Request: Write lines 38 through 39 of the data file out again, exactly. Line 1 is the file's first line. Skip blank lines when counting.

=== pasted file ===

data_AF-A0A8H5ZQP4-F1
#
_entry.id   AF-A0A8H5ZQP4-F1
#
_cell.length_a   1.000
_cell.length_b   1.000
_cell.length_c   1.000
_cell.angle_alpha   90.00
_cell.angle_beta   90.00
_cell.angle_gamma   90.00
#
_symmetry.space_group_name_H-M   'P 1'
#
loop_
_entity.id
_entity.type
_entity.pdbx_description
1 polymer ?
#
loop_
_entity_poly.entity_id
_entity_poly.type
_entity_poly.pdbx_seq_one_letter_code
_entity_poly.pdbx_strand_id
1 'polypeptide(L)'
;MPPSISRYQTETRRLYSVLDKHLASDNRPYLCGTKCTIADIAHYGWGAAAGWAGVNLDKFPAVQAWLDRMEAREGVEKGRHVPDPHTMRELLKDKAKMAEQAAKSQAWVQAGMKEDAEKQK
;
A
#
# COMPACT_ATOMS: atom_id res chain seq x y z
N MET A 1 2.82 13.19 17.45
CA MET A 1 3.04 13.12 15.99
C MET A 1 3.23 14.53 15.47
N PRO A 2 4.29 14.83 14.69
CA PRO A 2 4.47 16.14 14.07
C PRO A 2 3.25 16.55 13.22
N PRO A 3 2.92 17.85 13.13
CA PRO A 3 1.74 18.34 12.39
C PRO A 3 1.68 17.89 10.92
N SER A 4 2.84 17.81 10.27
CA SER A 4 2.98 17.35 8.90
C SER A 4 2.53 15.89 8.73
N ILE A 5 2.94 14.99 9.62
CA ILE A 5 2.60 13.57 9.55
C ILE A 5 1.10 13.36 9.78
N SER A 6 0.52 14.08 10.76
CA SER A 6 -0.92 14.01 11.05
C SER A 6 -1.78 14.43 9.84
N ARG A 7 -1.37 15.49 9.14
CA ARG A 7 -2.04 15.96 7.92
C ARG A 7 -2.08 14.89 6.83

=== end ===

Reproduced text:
CA PRO A 3 1.74 18.34 12.39
C PRO A 3 1.68 17.89 10.92